If Only ….

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PolicePolice say that the terrible incident that happened in Melbourne “is not terror related”. If ever a statement presented all the hallmarks of covering your backside, this is it.

The real message that they are not so subtlety trying to convey is “don’t blame us, we didn’t miss anything because this man is not associated with any known terrorist organization.”

There are two things to say about that attitude.
One – get real. Two – if that wasn’t terrorism in our streets then we need a new definition.

The police statement born of panic, is a pre-emptive attempt to divert any discussion of what, if any, contribution their actions or inaction made to this terrible tragedy.

From the details reported in the press to date we learn the following –
• Gargasoulas was on bail after having been recently charged with stabbing his own brother.
• He is known by the police to have a history of family violence.
• He is known by police to have threatened to kill 3 aboriginal youths when he was younger and took steps to do so by preparing a crude explosive device.
• He is known by the police to have mental issues and drug problems.
• He attacked his mother’s partner and demanded that he be given the keys to his car, the car which he later used in his rampage through Melbourne.
• The night prior to him speeding along a city footpath, he tried to trash a St.Kilda bar after being denied entry.
• For some time, he has been posting angry messages on social media about God, war and the police.
• The police knew he was driving to Melbourne as they were following him before he reached the city.
• They knew he was driving recklessly around the Swanston street/ Flinders Street intersection and made no attempt to block his exit and later journey to Bourke Street.

So what information then have the police failed to act upon?
That a man –
• on bail for a violent offence,
• with criminal, drug related and mental illness background,
• who has threatened to kill 3 other people,
• and a man who has recently publicly expressed violent thoughts and intentions on social media
is driving to Melbourne.

They know that because, according to Ms Muo, his girlfriend whom he had taken as a hostage in the car and also threatened to kill, Gargasoulas saw the police following him and “became scary”.

As well as that, they know he is in one of Melbourne’s busiest and largest intersections driving recklessly and not a single police car tries to block his exit.

Can someone please explain what else would the police have needed to know in order to take SOME preventative action? How could they have remained frozen in indecision for so long? Is that the measure of their quick response capability? If so, we can only thank our lucky stars that it wasn’t “terror related”.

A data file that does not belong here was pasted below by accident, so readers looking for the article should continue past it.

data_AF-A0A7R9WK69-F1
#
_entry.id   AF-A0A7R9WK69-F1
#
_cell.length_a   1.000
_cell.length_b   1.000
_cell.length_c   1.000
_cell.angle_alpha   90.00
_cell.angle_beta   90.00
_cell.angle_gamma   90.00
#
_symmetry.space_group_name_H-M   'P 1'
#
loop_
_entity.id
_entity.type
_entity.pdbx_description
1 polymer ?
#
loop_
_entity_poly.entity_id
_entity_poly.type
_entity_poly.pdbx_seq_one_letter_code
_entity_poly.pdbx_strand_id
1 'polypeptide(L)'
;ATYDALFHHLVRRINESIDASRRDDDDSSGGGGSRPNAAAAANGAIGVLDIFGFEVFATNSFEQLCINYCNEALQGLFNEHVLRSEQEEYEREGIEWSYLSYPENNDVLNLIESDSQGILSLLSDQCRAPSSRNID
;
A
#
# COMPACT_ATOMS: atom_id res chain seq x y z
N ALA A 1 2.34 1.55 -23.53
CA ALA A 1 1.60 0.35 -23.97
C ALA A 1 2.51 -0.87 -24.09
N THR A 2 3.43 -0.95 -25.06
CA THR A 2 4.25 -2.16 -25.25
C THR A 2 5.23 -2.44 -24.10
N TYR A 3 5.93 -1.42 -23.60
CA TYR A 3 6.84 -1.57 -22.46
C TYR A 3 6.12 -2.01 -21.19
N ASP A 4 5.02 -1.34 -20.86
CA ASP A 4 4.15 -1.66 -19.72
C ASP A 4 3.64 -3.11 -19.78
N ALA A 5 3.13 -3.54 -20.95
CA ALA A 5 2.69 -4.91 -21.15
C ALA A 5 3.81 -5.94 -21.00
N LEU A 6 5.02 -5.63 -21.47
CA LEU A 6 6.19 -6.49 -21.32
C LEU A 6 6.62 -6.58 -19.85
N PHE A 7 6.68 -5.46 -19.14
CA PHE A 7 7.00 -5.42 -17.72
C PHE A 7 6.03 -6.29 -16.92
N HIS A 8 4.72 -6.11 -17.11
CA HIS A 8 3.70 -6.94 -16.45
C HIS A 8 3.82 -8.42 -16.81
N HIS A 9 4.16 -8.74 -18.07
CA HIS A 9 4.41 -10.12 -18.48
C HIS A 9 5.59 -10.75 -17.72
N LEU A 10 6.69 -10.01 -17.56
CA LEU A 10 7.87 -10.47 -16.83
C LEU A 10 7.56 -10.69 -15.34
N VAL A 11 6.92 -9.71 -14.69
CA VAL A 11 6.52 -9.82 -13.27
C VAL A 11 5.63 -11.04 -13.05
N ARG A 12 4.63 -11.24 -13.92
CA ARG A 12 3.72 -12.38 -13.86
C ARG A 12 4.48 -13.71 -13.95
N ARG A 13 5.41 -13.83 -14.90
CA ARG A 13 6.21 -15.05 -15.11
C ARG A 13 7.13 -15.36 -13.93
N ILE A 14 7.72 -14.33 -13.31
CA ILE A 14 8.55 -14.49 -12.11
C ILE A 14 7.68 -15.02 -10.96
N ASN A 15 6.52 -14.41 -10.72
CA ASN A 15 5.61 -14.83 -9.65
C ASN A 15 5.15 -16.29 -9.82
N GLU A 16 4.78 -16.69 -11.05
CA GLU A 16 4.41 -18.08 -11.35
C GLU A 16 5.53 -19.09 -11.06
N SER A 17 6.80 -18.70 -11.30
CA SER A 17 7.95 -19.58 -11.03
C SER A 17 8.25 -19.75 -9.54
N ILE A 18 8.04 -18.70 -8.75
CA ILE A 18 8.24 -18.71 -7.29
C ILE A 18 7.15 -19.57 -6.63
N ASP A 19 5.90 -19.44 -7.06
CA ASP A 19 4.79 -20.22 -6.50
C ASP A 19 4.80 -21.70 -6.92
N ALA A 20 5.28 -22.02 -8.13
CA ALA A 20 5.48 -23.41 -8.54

Apart from police incompetence, others have looked to the law to see whether any shortcomings in the bail provisions might have contributed to this disaster.

The Bail Act in Victoria has provisions not dissimilar to those in other Australian States. It prescribes that bail for a person charged with an offence is a right – subject to certain exceptions.

It is a right because persons charged are guilty of nothing – yet. They are entitled to be regarded as innocent until proven guilty beyond a reasonable doubt and, as such, the State has no business prematurely depriving them of their liberty.

There are exceptions such as when a person is charged with murder, treason, serious drug related offences or terrorism offences. In such cases the court has to be satisfied that special circumstances exist to justify the granting of bail.

In every case, if a court believes that there is an unacceptable risk that an accused, if released on bail would fail to turn up for his trial, or commit an offence while on bail, or be danger to the community if released or interfere with witnesses in his case, then bail will be refused.

But how does a court make an assessment of these dangers? There are a number of factors that a court looks at when considering whether or not to release a person on bail. They include but are not limited to –
• The nature and seriousness of the offence
• The character, antecedents, associations, home environment and background of the accused
• Whether the accused has publicly expressed support for a terrorist act
• The strength of the evidence against the accused.

Looking over that list of warning alarms, its hard to find one that Gargasoulas doesn’t set off. In fact, from the admittedly limited information publicly available to date, he fails every single test.

Should he have been on bail? Certainly not.
Is it because of the legislation that he was free? No. All of the appropriate safeguards are included in the legislation but they are useless to the community if they are ignored or improperly applied by the judiciary.

The failure by the police to envisage what this dangerous individual might do and then to remain frozen in inactivity when there were clear opportunities to move and probably prevent what transpired, may be related to inadequate resources or a failure of leadership or both.

The failure of the judiciary to use the tools provided to it by the legal system is equally inexplicable.

Whatever the reasons are, they represent systemic failures of the most dangerous kind. The kind that puts a fear into every citizen’s heart that perhaps the defences that we are constantly assured are in place, ready and able to protect us, are in fact as porous and indefensible as our city malls.

Stephen Pallaras

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